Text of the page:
Arnold Schwarzenegger and Jamie Lee Curtis must have a soft spot for the disabled kids of billionaires, because both have cameos near the end of this vulgar and dreadfully dopey enterprise; more impressively savvy is director Penelope Spheeris, who plays herself directing the movie-within-a-movie and manages to seem superfluous in both roles.
    • 38 Metascore
    • 30 Jonathan Rosenbaum
    The mirthlessly sadistic gags tend to target people in wheelchairs or hospital beds and betray a mild if all-encompassing disgust for the source material and the audience.
    • 43 Metascore
    • 30 Jonathan Rosenbaum
    "Sorry, viewers" is more like it.
    • tbd Metascore
    • 30 Jonathan Rosenbaum
    Schwaba's uncertainty as a director is underlined by the almost arbitrary jump cuts, freeze-frames, and sped-up action.
    • 37 Metascore
    • 30 Jonathan Rosenbaum
    This 2005 farce about a hellish Passover seder panders to middle-class Jews as gleefully as Tyler Perry's movies pander to middle-class African-Americans, though there's less religiosity and a greater degree of self-hatred in the vulgar stereotypes.
    • 68 Metascore
    • 30 Jonathan Rosenbaum
    Torturously dull.
    • 48 Metascore
    • 30 Jonathan Rosenbaum
    Allen doesn't get us to care much about any of the characters here.
    • 61 Metascore
    • 30 Jonathan Rosenbaum
    13 (Tzameti) might seem allegorical, but it’s too cynically concerned with what works as entertainment to offer larger truths about human existence.
    • 62 Metascore
    • 30 Jonathan Rosenbaum
    Despite the resourcefulness of the two leads, the movie finally registers as much ado about very little.
    • 37 Metascore
    • 30 Jonathan Rosenbaum
    This interminable, poorly constructed drug thriller by writer-director Frank E. Flowers sat on the shelf for two years before winning a release.
    • 37 Metascore
    • 30 Jonathan Rosenbaum
    The unfocused story is so bereft of any clear sense of period or location that the political melodrama sometimes seems to be taking place inside a cigar box.
    • 39 Metascore
    • 30 Jonathan Rosenbaum
    Mainly it's a shambles, though for once Williams gets to do what he's best at (his stand-up shtick), and the absurd story, no matter how carelessly assembled, keeps moving.
    • 52 Metascore
    • 30 Jonathan Rosenbaum
    Murphy seems either incapable of or uninterested in creating a recognizable world, so local comic effects count for everything.
    • 28 Metascore
    • 30 Jonathan Rosenbaum
    The rationale behind this unattractive animated comedy, a U.S.-German coproduction, seems to be that since it can't create a fairy-tale world of its own, it might as well riffle through many of the more familiar ones, with particular emphasis on Cinderella's, pretending to deconstruct them with postmodernist glosses, adolescent wisecracks, and a few high-tech anachronisms.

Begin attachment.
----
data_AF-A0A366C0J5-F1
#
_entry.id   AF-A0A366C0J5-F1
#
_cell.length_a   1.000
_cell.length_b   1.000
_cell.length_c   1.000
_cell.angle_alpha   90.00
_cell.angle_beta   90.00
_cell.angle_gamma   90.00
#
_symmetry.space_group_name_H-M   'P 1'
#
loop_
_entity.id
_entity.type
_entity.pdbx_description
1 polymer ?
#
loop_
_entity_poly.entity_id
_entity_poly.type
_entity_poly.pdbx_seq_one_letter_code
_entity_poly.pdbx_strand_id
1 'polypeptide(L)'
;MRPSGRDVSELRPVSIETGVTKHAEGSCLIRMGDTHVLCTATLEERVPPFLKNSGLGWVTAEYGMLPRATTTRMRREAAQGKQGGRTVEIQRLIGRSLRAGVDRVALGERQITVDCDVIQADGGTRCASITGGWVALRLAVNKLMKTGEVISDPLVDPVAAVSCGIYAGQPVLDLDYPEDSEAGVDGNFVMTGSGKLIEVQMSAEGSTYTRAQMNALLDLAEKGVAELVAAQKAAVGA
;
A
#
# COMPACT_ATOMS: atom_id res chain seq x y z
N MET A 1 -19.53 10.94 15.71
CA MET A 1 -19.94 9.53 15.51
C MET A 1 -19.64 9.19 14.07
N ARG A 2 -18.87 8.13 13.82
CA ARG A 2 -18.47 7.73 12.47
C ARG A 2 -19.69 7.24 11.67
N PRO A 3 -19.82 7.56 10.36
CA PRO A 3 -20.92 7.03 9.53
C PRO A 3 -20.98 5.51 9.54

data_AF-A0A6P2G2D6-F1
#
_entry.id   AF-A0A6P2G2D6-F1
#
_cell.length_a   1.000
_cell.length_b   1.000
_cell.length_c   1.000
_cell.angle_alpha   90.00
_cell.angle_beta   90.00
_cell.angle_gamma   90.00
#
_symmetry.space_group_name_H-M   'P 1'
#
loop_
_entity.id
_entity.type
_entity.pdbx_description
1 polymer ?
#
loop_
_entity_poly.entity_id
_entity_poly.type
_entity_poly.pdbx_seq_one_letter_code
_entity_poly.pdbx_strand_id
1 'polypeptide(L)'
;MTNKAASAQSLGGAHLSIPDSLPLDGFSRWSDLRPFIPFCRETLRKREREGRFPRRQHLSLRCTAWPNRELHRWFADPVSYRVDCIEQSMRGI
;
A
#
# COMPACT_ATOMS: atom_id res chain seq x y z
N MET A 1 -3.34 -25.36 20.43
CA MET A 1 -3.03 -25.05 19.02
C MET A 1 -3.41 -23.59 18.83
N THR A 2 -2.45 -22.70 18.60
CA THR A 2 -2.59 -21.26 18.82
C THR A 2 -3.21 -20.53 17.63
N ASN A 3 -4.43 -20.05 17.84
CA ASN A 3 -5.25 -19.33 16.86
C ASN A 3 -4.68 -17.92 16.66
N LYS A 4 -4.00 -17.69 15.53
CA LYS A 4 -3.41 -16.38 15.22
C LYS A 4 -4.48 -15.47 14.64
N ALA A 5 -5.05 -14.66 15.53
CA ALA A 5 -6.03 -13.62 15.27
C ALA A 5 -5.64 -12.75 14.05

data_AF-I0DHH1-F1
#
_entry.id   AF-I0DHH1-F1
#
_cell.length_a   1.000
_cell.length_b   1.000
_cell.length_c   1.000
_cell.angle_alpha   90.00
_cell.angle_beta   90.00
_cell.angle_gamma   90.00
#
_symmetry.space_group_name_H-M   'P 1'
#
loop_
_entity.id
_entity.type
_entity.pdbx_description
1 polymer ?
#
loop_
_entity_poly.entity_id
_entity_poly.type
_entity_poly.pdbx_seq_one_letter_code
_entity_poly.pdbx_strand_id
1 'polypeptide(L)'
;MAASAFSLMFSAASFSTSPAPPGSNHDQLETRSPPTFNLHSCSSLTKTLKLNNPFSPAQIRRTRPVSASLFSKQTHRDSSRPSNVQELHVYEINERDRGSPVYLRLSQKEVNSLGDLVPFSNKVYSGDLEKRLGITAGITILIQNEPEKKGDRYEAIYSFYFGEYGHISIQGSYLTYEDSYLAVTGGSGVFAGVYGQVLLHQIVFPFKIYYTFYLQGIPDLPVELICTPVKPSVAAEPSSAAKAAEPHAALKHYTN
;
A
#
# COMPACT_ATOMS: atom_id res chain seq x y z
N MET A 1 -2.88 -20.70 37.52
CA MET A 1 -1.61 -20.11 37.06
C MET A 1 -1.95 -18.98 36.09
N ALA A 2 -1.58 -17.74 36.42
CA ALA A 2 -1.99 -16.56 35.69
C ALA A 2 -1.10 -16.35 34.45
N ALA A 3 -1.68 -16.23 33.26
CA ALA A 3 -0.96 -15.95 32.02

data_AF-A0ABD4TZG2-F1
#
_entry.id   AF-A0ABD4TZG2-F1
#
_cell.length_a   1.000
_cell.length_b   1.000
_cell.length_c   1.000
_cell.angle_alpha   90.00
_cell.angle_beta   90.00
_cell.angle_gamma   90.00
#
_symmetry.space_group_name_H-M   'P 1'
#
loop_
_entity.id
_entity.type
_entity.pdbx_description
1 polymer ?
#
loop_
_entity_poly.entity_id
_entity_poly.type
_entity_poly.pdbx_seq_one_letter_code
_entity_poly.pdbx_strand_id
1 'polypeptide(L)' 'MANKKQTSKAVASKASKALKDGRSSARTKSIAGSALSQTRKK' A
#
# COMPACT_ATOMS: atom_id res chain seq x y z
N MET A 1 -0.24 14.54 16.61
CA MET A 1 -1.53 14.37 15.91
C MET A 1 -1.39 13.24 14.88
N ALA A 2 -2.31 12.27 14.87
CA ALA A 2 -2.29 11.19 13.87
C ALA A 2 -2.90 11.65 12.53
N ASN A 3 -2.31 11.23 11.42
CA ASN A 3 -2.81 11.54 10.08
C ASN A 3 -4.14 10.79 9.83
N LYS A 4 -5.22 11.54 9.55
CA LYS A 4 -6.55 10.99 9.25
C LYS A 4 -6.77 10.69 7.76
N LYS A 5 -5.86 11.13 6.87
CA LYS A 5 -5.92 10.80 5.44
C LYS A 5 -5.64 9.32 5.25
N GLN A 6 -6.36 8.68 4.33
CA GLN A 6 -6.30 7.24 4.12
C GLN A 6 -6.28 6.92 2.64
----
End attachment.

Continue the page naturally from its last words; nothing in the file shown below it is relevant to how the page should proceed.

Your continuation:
• 45 Metascore
    • 30 Jonathan Rosenbaum
    Based on this outing, writer-director Joe Carnahan (Narc) can't tell a story worth a damn--especially not a complicated mishmash like this one.
    • 70 Metascore
    • 30 Jonathan Rosenbaum
    It's pretty perverse for William Wheeler, who scripted this feature, to get most of the facts wrong, inflating details that don't need any spin. (As Irving himself remarked, "You could call it a hoax about a hoax.")
    • 54 Metascore
    • 30 Jonathan Rosenbaum
    80 minutes of formulaic unpleasantness isn't even close to my idea of a good time, and I doubt that Hitchcock himself could have done very much with Mark L. Smith's script.
    • 25 Metascore
    • 30 Jonathan Rosenbaum
    Director Ken Kwapis (The Sisterhood of the Traveling Pants) gives this script by many hands a certain gloss it doesn't deserve.
    • 50 Metascore
    • 30 Jonathan Rosenbaum
    I don't believe in fixing things that aren't broken. Sandra Nettelbeck's wholly accessible "Mostly Martha" (2001) is one of the most delightful comedies of recent years, so the idea of a remake with English instead of German dialogue is already pretty dubious, an insult to the capacities of both audiences and the original filmmakers.
    • 45 Metascore
    • 30 Jonathan Rosenbaum
    Unfortunately the movie's more interesting and challenging social aspects, which imply more than one "British-Chinese gay experience," are often overtaken by its smarminess--including an aggressively banal score and the way some actors have apparently been encouraged to overwork their eyebrows.
    • 44 Metascore
    • 30 Jonathan Rosenbaum
    You can't be both political and incoherent, and even though Kelly's models are "Kiss Me Deadly" and "Blade Runner," this vision of the near-future suggests a random blend of "Dr. No" and "Faster, Pussycat! Kill! Kill!"
    • 52 Metascore
    • 30 Jonathan Rosenbaum
    This anachronistic tale goes beyond Capracorn to evoke Depression-era fare like "One Hundred Men and a Girl" in which the charm is overtaken by mush. One wants to protect this, but it's hard not to gag on the cuteness.
    • 73 Metascore
    • 30 Jonathan Rosenbaum
    The concept was interesting and charming in "Love Letters," up to a point, but here it quickly becomes repetitive, obvious, and dull.
    • 38 Metascore
    • 30 Jonathan Rosenbaum
    I haven't seen the original, and this mishmash -- doesn't make me want to.
    • 49 Metascore
    • 30 Jonathan Rosenbaum
    This caper movie starts off as enjoyable guff before turning strictly formulaic and winding up as unenjoyable guff.